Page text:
Whether other mental illnesses such as anxiety,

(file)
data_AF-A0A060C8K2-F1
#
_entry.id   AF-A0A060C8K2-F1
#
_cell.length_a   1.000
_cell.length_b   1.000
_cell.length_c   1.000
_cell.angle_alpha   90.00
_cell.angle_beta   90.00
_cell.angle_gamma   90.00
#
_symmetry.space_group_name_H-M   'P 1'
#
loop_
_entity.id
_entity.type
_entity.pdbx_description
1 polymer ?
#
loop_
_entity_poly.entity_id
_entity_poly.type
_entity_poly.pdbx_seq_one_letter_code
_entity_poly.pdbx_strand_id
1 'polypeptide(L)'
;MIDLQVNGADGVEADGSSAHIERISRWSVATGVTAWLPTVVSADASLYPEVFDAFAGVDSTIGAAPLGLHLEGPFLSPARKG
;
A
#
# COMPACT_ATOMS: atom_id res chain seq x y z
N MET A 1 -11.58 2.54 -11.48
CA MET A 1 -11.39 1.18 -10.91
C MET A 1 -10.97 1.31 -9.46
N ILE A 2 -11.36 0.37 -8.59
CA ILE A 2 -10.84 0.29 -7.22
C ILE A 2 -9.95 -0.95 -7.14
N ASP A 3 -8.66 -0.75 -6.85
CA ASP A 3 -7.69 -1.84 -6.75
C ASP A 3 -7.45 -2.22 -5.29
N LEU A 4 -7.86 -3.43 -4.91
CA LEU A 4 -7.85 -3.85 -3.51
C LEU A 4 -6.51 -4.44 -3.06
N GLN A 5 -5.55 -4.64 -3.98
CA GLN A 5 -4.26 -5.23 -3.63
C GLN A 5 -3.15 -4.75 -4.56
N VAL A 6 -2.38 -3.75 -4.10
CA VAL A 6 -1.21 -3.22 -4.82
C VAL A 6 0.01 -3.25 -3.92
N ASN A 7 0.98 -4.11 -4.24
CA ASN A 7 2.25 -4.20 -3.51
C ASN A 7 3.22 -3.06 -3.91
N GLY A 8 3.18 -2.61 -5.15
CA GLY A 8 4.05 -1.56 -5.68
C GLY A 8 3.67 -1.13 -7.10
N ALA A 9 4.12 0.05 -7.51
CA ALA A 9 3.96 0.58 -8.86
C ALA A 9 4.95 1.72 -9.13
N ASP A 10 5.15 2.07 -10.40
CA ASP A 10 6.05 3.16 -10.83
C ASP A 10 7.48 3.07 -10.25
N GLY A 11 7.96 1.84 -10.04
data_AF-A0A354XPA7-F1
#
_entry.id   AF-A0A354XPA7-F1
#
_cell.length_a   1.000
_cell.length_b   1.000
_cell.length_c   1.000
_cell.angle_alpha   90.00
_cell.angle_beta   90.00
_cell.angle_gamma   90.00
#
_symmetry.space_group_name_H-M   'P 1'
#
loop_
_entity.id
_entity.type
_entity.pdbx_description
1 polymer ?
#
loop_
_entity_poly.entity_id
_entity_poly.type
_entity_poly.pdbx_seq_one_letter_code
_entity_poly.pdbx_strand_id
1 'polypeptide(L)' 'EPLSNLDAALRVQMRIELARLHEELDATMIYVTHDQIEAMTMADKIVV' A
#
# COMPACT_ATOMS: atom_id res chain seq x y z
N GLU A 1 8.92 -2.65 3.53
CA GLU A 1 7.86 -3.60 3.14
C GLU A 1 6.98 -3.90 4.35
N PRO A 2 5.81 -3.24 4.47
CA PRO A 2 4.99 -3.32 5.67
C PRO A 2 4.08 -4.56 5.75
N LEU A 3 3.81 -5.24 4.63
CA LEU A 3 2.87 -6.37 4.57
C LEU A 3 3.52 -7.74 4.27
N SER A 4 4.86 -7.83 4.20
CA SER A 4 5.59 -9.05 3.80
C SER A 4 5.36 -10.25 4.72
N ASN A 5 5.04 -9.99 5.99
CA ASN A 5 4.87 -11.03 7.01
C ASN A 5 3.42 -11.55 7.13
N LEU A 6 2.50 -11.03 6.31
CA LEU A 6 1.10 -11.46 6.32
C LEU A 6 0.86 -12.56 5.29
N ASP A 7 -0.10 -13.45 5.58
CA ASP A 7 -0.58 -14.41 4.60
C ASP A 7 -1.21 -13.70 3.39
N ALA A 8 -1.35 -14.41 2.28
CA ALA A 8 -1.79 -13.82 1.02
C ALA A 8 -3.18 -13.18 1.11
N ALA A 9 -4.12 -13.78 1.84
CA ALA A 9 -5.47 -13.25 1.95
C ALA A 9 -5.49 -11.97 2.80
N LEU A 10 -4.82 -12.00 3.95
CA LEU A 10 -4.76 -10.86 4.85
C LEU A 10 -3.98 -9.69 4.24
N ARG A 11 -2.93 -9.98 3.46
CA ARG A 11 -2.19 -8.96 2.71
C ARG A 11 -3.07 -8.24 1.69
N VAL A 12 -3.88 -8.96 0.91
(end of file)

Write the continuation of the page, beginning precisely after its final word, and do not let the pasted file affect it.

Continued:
Whether in the army, or an regular citizen, many people have gone through or seen traumatizing events  that can negatively affect their well-being for the rest of their lives. Post Traumatic Stress Disorder, or PTSD is a mental health condition that can occur when a person witnesses or goes through a traumatic experience. PTSD is classified as an anxiety disorder that can be characterized by disturbing memories, avoidance behaviors, and hyper anxiety (Goodrich et al).  These consequences present the question: what are the mental, behavioral, and social effects that PTSD creates on the lives of those who suffer from it? PTSD has great negative effects on the human mind. Some of the effects of PTSD on the brain include forgetfulness, an inability to concentrate, and a difficulty in processing simple information. Furthermore, PTSD is related with high presences of other mental illnesses such as anxiety, which can further damage the mind (Goodrich et al; Kennedy et al). These effects are seen particularly in children, whose brains are more susceptible due to their still developing body (Weber and Reynolds).  In a journal by Weber and Reynolds, it was said that trauma can lead to abnormalities in neurochemicals and brain degeneration. Specifically, the part of the brain that relays sensory information such as memory and navigation is reduced by up to 18% (Goodrich et al; Weber and Reynolds). Also, receptors in the brain that are used to help the body physiologically adapt to stress are decreased in depression and chronic stress which are  often triggered by PTSD. Cortisol is one of these chemicals a body releases to help shutdown reactions that damage the brain and help react to stress; the availability of cortisol is lowered because of PTSD (Weber and Reynolds). There are also behavioral differences in those who suffer from PTSD. Some effects of PTSD include random violent outbursts that can both damage property or affect other individuals (Kennedy et al). Victims can also show exaggerated responses to normal situations, hypervigilance (enhanced state of sensory sensitivity), and increased arousal (Goodrich et al). It is also shown that those with PTSD are more likely to have anxiety than those without it (Horesh et al). Additionally, those who suffer from PTSD are also more likely to increase their use of alcohol in non-social occasions, often drinking in the morning or while alone at night. This substance the supposedly helps them sleep works counterproductively, increasing sleep deprivation and early awakening which can then lead to increased irritability (Kennedy et al). Guilt is also often felt. If others died during their traumatic experience and the victim survived, they may feel unworthy or question why they survived and not others. This guilt many feel from experiencing the event can penetrate their personality and leads to depressive thoughts and actions (Solomon et al; Kennedy et al). These depressive feelings and thoughts increase when weapons and alcohol are available.   PTSD can also create negative social consequences from those who suffer from it. In a study of the social functioning of members with PTSD it was shown that those who had PTSD reported more problems with their partners, less family cohesion, and an overall lower life satisfaction rating (Tsai et al). One reason for the relationship problems caused by PTSD is that PTSD can lead to greater social avoidance, which can also lead to to family distress (Tsai et al). Another mediator in the lower sociability of victims is that many with PTSD don’t trust the goodwill of others and often want to keep themselves distant from others. This is related to attachment anxiety in which victims feel as though there partner will not be available to help in times of need and in which victims wish for care that their partners don’t always have time to give (Solomon et a; Horesh et al). The outcome of all these factors is often divorce (shown by the elevated divorce rates of vietnam veterans), decrease in the victims social network, and a decrease in social support (Tsai et al).       All these factors contribute to how the daily lives of victims of PTSD are affected. The consequences shown on how PTSD affects the brain, the behavior, and the social lives of victims can all help better treatment for those with PTSD.

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